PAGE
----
Living with and beyond cancer

Eating and bowel habits

Some kinds of cancer treatment, like surgery or radiotherapy to the stomach or bowels, left people with long-term effects relating to their digestion.  The bowel symptoms varied, but included diarrhoea, incontinence, flatulence (wind) and constipation.  These sometimes got better with time, but for some of the people we spoke to, these changes to their bowel were more permanent.  A 27 year old woman living beyond cervical cancer described how she now suffers with diarrhoea and incontinence, but accepts these changes to her life as her ‘new normal’ as a result of the treatment she received. 
People who experienced what they described as ‘constant diarrhoea’ took long term medication to control their bowels.  Experiencing flatulence in the long-term was another common side effect.  Janet, who had colorectal cancer, described how living with ‘half a gut ‘ due to her bowel surgery left her with ‘wind’ and a need to go to the loo quite often.  She ‘gets on with it’ and doesn’t feel that it’s anything to be embarrassed about.
Even in the long-term, certain foods were more likely than others to trigger a bowel reaction like flatulence or diarrhoea, and it was often a case of trial and error to work out which foods were easier to digest.  Marion described how she had to be a ‘bit careful’ with what she eats, as salad, sprouts or cauliflower can ‘wind you terribly’.  Having excessive flatulence was a long-term issue that never really went away for people like John, who had colorectal cancer.  He also experiences persistent diarrhoea for which he has taken medication for the last seventeen years. 
 
For Thomas, who also had colorectal cancer, foods like tomatoes or onions still lead to diarrhoea and incontinence.  He has found it useful to keep a diary of what triggers his stomach to react so he can keep track of which foods to avoid.  Although his bowel problems can sometimes be embarrassing, he finds that he can ‘get on with it’. 
Alan (Interview 22) thinks that he may have had some advice about what not to eat around the time he was in hospital, but he thinks he didn’t take in that information as he was feeling quite depressed at the time.  He had a neighbour who was living with Crohn’s disease who was able to give him helpful advice about what foods to avoid.  Avoiding certain ‘trigger’ foods that led to diarrhoea or flatulence was only one way of dealing with long-term bowel changes.  People had to adjust their daily activities due to concerns about suddenly needing the loo.  Thomas finds it a bit difficult to go on long journeys, and sometimes wears an incontinence pad in case of an accident.  John has also had to think about changing how he does things and is considering giving up golf, which he really enjoys, to do something a bit less strenuous.  Marion was advised to try pelvic floor exercises to try and prevent problems with incontinence. 

 
Bowel or stomach surgery meant that some people also had to adjust the manner in which they take their meals. John (Interview 09) had extensive surgery for bowel cancer, and was left with ‘half a stomach’.  He, and his wife, have changed their eating habits completely to ‘eat very small and often…and lightly’.  They only occasionally go out for dinner in the evening. Claire, who also had colorectal cancer and part of her stomach removed, similarly finds that she has to eat ‘little and often’ as she’s restricted in the amount she can physically eat.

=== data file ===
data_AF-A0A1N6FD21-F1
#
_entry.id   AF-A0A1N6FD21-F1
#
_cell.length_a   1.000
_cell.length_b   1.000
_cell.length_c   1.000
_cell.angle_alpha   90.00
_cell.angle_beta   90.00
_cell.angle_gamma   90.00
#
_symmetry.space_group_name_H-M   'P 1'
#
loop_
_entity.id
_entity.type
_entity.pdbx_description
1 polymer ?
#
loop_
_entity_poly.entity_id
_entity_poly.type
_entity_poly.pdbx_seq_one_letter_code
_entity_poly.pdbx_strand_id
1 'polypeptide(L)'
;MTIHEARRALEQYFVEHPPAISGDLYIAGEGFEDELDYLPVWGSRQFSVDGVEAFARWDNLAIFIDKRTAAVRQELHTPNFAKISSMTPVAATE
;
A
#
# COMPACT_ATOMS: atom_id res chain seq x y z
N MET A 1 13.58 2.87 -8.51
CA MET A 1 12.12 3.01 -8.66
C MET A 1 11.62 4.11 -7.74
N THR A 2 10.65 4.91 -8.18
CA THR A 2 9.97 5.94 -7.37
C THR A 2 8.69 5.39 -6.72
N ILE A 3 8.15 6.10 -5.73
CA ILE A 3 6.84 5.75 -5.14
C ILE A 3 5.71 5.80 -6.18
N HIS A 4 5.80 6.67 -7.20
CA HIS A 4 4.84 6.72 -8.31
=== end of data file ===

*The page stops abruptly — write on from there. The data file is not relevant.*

People who have had bowel surgery can be left with a permanent stoma or ileostomy.  This involves surgery to bring the end of the bowel outside the body, and bowel movements empty out into a bag attached to the skin.  Brenda described having a stoma as a ‘new way of life’, as instead of going to the toilet she just goes to the bathroom and changes a bag instead.  Not everyone felt the same way about living with a permanent stoma.  One man who has had a stoma for twelve years following an operation for colorectal cancer said it’s the ‘best thing’ that ever happened to have a permanent stoma.  He still travels abroad, goes swimming and does all the things he wants to do.  On the other hand, Vic said that having a permanent stoma is the biggest problem with living with the effects of cancer now. 

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It was common for people living with a stoma to worry about having accidents or leakages from their stoma.  A man living five years after colorectal cancer described how he had to leave his job in the building trade as the strain of lifting heavy items caused his stoma to leak.  Another woman who has a stoma described how she had worries about having an accident and had dreaded attending her niece’s wedding. Needing to change their stoma bag and finding somewhere to do it was not always easy when out and about. People found it helpful to have a radar key which enabled them to use any disabled toilet in the UK.

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A few people we spoke to said that having a stoma made them feel unclean.  One woman uses colonic irrigation every morning. She says it gives her “24 hours of cleanliness” and she feels in control which enables her to carry on with her life.
 
Having extra support, such as a good stoma nurse or membership with the Ileostomy Association, helped people feel more confident when living with a stoma.  Having extra support from family and loved ones also helped, as living with a stoma affected people’s self-image, and sometimes how they felt about their sex life. 

See more experiences of living with a stoma.

Last reviewed August 2015.

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